Olympic gold medalist and Needham-native Aly Raisman posted a statement Wednesday night following the sentencing of a disgraced former USA Olympic Gymnastics doctor who admitted to molesting gymnasts and young girls.
Raisman was among more than 150 victims of Larry Nassar to read victim statements in a Michigan courtroom at the conclusion of his trial. Nassar was sentenced Wednesday morning by Judge Rosemarie Aquilina to the maximum sentence of 40 to 175 years in prison.
"It is my honor and privilege to sentence you. You do not deserve to walk outside a prison ever again. You have done nothing to control those urges and anywhere you walk, destruction will occur to those most vulnerable," Judge Rosemarie Aquilina said.
In her late-night statement, Raisman thanked her fellow survivors for their courage, strength and leadership; Judge Aquilina, for her leadership, professionalism and compassion; the Michigan prosecutors and law enforcement for bringing Nassar to accountability; members of the media for their coverage of the story; her family and friends and the gymnastics community.
"This story is not over," Raisman wrote, "this story is bigger than Larry Nassar." Raisman went on to call for an independent investigation into USA Women's Olympic Gymnastics to "figure out exactly how this disaster happened."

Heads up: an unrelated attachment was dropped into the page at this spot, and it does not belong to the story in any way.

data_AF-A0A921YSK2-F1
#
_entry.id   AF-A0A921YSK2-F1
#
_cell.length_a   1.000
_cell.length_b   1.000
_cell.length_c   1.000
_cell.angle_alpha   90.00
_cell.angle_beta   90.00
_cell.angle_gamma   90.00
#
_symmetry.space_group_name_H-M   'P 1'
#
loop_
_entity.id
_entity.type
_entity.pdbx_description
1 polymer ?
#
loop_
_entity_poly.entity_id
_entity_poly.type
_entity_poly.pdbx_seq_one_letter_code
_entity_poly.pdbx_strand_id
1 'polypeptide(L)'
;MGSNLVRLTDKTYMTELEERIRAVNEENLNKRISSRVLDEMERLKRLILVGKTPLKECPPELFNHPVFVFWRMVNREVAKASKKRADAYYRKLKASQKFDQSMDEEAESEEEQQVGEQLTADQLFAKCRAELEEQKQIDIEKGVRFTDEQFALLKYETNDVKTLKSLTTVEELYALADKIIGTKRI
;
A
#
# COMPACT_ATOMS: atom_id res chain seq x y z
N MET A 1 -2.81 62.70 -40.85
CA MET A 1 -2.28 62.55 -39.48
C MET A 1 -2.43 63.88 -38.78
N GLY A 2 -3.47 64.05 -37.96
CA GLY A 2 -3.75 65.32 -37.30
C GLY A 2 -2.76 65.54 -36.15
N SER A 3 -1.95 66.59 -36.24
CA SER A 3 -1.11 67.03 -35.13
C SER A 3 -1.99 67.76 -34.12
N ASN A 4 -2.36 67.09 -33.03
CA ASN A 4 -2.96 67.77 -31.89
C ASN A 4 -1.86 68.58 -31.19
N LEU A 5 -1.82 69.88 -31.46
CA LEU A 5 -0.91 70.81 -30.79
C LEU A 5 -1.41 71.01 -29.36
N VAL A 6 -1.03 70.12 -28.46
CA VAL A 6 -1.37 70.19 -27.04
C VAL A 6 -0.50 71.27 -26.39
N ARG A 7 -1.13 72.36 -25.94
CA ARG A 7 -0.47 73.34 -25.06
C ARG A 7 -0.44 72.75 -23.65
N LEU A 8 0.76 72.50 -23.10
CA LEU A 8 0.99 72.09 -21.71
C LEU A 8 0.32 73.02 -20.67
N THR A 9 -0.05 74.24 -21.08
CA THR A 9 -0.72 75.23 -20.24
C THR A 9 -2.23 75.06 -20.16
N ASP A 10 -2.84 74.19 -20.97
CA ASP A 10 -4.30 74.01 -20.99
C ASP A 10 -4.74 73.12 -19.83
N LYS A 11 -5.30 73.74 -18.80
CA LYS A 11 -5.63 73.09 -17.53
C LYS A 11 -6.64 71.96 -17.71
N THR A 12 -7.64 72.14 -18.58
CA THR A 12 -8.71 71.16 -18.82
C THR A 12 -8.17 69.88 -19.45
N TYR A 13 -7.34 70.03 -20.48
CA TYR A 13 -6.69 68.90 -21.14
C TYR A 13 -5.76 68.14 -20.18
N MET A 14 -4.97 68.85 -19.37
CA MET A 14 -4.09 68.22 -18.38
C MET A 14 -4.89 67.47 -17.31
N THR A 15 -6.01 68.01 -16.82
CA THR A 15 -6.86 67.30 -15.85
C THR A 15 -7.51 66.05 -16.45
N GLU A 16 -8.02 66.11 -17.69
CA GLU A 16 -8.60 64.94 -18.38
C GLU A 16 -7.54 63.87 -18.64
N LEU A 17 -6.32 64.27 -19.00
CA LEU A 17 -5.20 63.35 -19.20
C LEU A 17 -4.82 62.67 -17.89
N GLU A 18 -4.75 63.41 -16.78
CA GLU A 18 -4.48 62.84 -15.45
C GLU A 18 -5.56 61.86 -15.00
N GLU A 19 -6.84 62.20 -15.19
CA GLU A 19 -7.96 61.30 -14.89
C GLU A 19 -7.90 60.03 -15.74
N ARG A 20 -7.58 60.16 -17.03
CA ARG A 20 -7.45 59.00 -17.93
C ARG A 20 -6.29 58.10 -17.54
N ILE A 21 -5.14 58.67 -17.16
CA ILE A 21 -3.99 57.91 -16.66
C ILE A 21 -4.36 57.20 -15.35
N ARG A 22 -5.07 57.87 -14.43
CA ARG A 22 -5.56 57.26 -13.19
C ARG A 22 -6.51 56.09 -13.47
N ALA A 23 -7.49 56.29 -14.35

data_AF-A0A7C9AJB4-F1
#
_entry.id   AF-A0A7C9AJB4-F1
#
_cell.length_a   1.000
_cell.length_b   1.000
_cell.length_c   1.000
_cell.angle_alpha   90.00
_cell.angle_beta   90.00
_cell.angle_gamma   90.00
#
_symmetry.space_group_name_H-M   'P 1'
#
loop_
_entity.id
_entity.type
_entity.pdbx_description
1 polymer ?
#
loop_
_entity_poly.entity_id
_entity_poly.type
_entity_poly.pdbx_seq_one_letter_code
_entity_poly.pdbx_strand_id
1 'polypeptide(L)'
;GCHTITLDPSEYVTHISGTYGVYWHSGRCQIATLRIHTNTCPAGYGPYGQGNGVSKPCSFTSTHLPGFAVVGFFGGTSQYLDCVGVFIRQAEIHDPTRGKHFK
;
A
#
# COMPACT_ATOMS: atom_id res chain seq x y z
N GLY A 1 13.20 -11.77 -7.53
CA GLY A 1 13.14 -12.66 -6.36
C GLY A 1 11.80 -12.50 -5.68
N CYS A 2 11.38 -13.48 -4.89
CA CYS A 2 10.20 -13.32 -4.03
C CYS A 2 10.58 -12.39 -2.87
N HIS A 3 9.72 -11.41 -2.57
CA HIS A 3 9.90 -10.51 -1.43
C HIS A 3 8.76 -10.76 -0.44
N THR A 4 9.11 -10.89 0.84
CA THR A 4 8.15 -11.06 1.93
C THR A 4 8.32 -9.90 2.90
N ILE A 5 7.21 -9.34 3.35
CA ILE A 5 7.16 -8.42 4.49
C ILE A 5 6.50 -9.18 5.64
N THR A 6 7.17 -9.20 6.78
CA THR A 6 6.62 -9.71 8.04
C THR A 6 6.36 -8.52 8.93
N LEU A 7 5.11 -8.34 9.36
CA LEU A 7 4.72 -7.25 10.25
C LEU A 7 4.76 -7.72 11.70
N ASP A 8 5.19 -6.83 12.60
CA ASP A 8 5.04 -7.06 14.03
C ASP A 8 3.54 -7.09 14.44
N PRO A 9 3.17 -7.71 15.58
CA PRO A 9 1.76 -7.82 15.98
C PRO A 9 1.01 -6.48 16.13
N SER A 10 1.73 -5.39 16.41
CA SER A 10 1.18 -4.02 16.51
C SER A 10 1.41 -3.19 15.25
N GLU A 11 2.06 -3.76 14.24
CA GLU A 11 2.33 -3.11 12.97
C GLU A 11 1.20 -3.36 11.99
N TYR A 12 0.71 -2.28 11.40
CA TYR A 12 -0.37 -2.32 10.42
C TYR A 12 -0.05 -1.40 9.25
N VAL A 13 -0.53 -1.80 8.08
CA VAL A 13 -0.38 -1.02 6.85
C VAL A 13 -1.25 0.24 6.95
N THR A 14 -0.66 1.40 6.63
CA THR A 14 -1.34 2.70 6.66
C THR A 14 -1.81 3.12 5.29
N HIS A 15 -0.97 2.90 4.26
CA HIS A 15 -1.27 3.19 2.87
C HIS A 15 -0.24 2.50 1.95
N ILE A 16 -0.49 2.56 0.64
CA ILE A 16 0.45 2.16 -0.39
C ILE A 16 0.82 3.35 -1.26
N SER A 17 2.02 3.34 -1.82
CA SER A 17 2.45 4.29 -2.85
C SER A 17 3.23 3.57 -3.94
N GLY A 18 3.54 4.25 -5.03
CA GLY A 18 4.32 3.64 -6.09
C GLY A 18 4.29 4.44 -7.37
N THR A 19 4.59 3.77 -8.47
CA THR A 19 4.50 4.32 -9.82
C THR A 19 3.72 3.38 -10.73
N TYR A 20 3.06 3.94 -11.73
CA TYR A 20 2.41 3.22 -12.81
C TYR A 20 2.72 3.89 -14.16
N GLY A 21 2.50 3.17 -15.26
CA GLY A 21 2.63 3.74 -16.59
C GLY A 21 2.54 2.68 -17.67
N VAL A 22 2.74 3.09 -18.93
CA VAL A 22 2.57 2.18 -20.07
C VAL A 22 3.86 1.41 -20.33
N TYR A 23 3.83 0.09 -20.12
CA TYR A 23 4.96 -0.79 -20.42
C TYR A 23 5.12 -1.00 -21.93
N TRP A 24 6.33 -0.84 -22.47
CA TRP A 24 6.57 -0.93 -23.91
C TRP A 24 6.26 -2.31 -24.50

Nassar confessed in court to abuse spanning a dozen sports over 25 years.
Wednesday's sentencing marks the end of a case that followed years of allegations and investigations and which culminated in a seven-day hearing in which Judge Aquilina opened the floor to Larry Nassar's victims. When the hearing ended, the courtroom broke into applause as victims and prosecutors embraced.
In her statement before the court on Friday, Jan. 19, Raisman addressed Nassar directly.
"Larry, you do realize now that we, this group of women you so heartlessly abused over such a long period of time are now a force and you are nothing," she said with a cold glance toward the defendant.
Raisman spoke before the court for 15 minutes, accusing Nassar of abusing the trust that she and other athletes placed in him as their physician.
Nassar has previously been convicted for child pornography crimes and must serve a 60-year federal sentence on top of the lengthy ruling doled out to him by Judge Aquilina Wednesday.
Aquilina also called for a broader investigation into how the abuse was allowed to go on for so long. The CEO of the U.S. Olympic Committee announced an independent inquiry later on Wednesday, saying a third-party investigation will be chartered to determine "who knew what and when" about Nassar.
In her statement, Raisman called Wednesday's ruling an "important victory," but said that there there "is still work to be done."